Macron, 39, a youthful-looking former banker who has never held elected office, has generated a huge following among professionals in France’s more affluent cities and regions. A supporter of corporate tax cuts and competitiveness in the job market, he has appealed to voters with a cosmopolitan worldview. He backs the European Union and promotes tolerance toward minorities while acting against radicalization.

But these very characteristics, as well as Macron’s image as an aloof wunderkind who owes his success to a corrupt establishment, make him deeply unpopular to a class, largely low-income, that feels disenfranchised by immigration, globalization and the European Union. Politically this is a perilous position, as witnessed in the 2016 vote in Britain to leave the European bloc and Donald Trump’s election in the United States.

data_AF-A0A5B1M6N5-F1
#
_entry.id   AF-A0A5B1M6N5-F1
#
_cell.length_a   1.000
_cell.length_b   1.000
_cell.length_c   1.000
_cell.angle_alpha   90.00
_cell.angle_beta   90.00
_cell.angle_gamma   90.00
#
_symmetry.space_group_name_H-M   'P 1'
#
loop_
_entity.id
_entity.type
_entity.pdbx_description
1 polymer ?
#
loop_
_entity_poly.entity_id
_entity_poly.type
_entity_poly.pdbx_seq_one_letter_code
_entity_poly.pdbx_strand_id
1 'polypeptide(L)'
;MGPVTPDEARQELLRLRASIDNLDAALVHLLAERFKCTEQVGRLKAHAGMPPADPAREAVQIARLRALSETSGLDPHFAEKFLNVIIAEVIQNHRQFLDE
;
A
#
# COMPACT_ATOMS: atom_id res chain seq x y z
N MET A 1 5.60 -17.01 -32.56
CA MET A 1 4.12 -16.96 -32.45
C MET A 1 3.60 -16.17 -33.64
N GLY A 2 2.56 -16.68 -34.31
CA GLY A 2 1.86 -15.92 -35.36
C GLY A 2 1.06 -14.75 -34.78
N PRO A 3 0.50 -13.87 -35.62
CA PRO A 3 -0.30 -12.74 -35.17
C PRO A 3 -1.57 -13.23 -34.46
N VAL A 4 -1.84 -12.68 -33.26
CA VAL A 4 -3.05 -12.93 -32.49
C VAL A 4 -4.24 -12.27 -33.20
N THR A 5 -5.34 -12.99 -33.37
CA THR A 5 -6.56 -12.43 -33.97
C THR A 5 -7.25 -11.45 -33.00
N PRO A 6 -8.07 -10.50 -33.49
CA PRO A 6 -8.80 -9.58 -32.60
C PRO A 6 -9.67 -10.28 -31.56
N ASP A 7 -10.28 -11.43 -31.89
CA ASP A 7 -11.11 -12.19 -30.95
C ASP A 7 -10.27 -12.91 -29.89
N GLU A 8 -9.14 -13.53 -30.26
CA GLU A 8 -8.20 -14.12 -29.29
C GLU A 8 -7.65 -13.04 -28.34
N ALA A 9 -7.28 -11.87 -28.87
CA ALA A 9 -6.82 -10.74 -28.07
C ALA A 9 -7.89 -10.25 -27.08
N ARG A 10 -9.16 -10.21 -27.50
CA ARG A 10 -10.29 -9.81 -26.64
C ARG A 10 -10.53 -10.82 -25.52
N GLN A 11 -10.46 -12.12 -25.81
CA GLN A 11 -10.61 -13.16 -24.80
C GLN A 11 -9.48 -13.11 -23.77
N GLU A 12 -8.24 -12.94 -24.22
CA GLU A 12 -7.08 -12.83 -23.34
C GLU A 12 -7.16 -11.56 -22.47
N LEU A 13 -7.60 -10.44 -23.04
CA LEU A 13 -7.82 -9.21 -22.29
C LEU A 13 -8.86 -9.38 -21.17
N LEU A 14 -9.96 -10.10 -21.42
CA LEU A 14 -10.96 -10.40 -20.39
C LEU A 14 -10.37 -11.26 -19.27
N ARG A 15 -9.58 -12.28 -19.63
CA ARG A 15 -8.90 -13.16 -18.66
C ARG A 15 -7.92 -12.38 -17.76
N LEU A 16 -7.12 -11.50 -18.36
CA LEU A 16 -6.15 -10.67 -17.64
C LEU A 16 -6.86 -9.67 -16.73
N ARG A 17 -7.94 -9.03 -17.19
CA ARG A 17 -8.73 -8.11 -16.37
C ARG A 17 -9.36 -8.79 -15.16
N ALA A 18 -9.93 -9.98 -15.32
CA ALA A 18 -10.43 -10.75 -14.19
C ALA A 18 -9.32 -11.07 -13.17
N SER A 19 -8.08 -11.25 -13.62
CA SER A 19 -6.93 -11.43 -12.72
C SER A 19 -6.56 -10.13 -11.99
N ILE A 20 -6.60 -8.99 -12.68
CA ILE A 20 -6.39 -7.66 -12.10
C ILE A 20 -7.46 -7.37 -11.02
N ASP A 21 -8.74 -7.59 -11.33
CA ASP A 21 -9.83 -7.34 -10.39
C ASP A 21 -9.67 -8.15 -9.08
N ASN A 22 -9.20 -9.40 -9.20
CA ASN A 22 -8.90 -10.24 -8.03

Conservative writer Guy Millière is a Trump supporter who opposes Le Pen, but says Macron is an “inflatable doll” who, if elected, will guarantee “five more years of Hollande” and a continuation of the rule of a “clique that knows nothing about the difficulties of ordinary Frenchmen,” he wrote Monday on the rightist news site Dreuz. “He’s a candidate made up by billionaires.”

Macron’s supporters say that although he served two years as a Cabinet minister under Hollande, a Socialist, Macron is in fact an outsider to the political establishment and the only candidate who stands a chance to transcend bipartisan divisions in a deeply polarized society. Macron also was inspector of finances in the French Ministry of Economy under Jaques Chirac, a center-right president.